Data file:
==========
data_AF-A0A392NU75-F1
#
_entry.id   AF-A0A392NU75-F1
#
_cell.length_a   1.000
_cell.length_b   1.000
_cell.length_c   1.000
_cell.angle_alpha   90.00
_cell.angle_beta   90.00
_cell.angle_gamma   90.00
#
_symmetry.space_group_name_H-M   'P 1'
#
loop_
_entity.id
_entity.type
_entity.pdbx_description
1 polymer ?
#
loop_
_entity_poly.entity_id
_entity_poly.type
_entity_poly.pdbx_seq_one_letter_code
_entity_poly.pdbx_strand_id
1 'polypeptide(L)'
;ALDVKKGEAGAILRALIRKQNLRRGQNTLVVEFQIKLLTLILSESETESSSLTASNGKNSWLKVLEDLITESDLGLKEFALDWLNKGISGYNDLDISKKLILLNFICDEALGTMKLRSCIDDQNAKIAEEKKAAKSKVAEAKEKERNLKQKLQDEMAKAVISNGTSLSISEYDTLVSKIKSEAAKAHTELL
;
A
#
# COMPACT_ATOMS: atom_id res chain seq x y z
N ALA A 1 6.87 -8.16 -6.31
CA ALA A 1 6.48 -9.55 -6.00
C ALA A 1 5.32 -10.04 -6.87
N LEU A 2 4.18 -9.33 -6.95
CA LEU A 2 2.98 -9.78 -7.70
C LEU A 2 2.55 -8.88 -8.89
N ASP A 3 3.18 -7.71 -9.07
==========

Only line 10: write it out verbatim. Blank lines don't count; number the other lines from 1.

_cell.angle_gamma   90.00